Friday, June 5, 2009

Empathy for Conservatives/Our Shifting Moral Values

I have been thinking about the differences between how liberals and conservatives tend to perceive the world recently.

I have made a realization which has given me increased empathy for conservatives.

What will society be like in 100 years? 50 years? 20 years? What difficult and thorny ethical questions will arise due to new technology unveiled within the next few decades or centuries?

New advances in technology can be scary stuff, raising difficult ethical questions. I thought about how I would feel in a future afraid I would be if I thought that the moral paradigm and the traditions of my society were eroding and deteriorating before my eyes.

And that is when a powerful observation struck me: this fear of erosion and deterioration may just be exactly how many conservatives feel today.

I now understand why people would be afraid of changes in society which could possibly be unnerving and apprehension-inducing.

The struggle that we all share is navigating a course between tradition and modernity. This, I believe, is the great moral struggle of every generation of humanity.

We have struggled to define our moral values in each civilization, in each society, and in each generation of human history. We witness this phenomena in the movement to end slavery, the 20th century civil rights movement, the gay rights movement, the controversy over abortion, the controversy over the death penalty (and which forms of execution are cruel or unusual and who should be executed or not), the struggle over gun control, the struggle over communism, the struggle over fascism, and the clash of other religious and political ideologies.

What is morality? What defines when an act is moral? Who defines it? Conservatives and liberals are largely answering the same questions -- they just tend to seek the answers in differing places.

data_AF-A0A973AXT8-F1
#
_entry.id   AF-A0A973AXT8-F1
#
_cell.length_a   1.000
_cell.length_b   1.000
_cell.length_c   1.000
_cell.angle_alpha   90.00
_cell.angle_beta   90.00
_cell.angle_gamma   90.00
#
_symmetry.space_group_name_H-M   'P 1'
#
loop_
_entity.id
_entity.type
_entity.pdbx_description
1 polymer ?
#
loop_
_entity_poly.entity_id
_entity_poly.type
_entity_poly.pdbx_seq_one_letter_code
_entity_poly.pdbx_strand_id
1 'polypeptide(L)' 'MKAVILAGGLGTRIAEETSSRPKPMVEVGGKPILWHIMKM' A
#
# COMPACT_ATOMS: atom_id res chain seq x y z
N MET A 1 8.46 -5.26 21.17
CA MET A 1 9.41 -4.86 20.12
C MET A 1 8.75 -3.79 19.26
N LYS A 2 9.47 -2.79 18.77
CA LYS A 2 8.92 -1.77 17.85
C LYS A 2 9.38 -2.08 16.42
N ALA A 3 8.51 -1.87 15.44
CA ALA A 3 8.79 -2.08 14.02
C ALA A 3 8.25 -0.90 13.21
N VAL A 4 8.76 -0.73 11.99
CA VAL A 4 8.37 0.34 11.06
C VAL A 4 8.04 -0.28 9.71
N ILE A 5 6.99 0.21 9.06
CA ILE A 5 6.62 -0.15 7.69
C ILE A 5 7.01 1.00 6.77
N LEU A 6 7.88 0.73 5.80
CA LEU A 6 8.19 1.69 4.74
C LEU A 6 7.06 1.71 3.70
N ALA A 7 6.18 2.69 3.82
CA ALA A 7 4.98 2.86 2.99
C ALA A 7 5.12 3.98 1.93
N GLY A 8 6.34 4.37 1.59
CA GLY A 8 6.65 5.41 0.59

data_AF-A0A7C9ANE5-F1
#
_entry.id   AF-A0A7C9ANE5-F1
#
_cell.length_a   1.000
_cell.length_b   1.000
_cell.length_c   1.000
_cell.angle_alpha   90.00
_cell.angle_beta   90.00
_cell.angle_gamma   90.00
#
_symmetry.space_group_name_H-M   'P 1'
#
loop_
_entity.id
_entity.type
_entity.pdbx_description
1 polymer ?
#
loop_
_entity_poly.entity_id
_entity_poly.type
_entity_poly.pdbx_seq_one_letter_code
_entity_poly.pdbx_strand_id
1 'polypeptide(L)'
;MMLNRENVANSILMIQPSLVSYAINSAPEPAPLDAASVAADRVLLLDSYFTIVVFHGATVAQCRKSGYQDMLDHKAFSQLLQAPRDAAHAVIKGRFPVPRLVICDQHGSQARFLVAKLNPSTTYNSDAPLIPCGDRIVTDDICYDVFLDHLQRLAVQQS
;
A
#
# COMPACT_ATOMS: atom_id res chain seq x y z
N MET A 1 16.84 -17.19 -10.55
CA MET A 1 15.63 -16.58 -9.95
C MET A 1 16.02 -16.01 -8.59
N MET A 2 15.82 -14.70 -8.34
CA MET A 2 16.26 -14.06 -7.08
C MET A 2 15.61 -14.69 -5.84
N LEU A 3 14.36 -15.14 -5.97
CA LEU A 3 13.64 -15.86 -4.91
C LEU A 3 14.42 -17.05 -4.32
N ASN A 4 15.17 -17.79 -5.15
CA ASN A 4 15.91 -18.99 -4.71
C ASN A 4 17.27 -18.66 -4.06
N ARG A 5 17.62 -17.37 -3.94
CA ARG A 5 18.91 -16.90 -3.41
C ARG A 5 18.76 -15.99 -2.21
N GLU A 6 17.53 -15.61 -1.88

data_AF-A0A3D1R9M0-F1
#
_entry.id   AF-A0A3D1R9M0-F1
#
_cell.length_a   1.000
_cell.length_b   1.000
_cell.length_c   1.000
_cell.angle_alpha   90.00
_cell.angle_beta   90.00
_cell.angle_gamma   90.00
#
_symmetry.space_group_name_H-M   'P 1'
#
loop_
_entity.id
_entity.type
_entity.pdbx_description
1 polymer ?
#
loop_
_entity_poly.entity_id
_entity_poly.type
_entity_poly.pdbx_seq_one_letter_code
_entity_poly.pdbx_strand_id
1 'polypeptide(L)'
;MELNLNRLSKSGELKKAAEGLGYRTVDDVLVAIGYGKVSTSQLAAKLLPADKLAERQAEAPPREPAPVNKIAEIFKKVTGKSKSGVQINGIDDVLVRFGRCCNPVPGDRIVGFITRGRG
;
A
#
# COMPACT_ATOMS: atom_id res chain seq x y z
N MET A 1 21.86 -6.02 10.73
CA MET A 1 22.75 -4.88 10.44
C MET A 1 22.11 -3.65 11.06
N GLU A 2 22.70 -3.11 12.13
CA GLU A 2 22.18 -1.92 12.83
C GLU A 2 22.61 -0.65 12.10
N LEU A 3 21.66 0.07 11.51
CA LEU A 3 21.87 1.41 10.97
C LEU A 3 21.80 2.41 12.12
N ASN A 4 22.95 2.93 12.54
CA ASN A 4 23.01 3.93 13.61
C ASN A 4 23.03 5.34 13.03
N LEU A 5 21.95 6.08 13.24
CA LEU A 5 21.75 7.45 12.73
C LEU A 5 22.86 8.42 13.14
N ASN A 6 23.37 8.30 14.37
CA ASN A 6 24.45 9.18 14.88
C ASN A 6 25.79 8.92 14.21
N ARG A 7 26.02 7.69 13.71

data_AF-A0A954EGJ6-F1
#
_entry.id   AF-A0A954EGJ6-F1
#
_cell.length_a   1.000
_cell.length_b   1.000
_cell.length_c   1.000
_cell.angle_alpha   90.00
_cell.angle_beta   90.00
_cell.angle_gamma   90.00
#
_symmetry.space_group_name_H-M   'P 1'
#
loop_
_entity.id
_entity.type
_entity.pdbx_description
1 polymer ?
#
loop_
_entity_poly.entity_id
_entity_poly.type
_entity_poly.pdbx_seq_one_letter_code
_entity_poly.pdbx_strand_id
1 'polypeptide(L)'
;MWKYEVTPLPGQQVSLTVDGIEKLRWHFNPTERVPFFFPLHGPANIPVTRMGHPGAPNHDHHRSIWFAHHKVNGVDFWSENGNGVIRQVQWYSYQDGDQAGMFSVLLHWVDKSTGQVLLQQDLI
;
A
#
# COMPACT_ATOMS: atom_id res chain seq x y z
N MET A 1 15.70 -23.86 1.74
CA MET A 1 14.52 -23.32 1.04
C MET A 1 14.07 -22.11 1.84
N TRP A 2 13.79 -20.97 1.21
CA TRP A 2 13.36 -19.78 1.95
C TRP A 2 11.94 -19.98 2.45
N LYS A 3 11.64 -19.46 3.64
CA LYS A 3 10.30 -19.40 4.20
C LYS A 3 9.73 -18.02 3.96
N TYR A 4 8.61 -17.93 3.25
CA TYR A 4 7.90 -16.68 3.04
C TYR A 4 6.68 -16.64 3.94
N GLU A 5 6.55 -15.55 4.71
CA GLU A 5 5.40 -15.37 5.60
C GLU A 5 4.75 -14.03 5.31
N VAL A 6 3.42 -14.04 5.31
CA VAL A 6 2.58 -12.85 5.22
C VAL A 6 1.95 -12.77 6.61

We have a changing moral paradigm. Some people would deny this, but I contend that I have presented enough evidence to confirm this phenomenon's occurrence.

Conservatives and liberals tend to argue over which course to follow on the continually revising moral paradigms of human history. Conservatives seem to be largely guided by "tradition"; liberals seem to be largely guided by "modernity". Neither of these concepts is particularly well-defined; both seem quite nebulous. Neither concept seems to be a clear or resolute guide for future action; neither concept is fully coherent. Both ideas seem equally capable of badly misleading our decision-making. I do believe that over-adherence to either idea will produce disaster.

What is tradition? Yes, we learn from our mistakes, and we have derived ideas and beliefs to help us avoid them. I admire conservatism for trying to preserve our heritage of knowledge and experience and hedging against futile attempts to subvert our best practices. However, since our environment is continually shifting and evolving, there are many occasions where we find ourselves in need of new and inventive approaches for a changing world. I admire liberalism because I believe this way of thinking provides the capability to arrive at such bold solutions.

I must admit, conservatism is awfully appealing to me at times. I like the notion of sticking with tested and broken-in ideas over radical departures from known strategies. I am an incremental thinker; I have never been good at "out-of-the-box" thinking. When I make decisions, I try to build upon the best information that I have. Before I will try a new approach, I tend to re-try older approaches first to see if they work better. I tend to avoid risk in my personal life.

So why am I more liberal than conservative? I don't know for sure. Perhaps it is a function of when I grew into politics. I believe in change. I believe that we have adhered too much to tradition, and that we need new ways of thinking. The way we treat the environment, the way we treat minorities and the poor, the way we treat foreigners, the way we treat homosexuals -- the traditional approaches are not good enough for me. I want to go in another direction.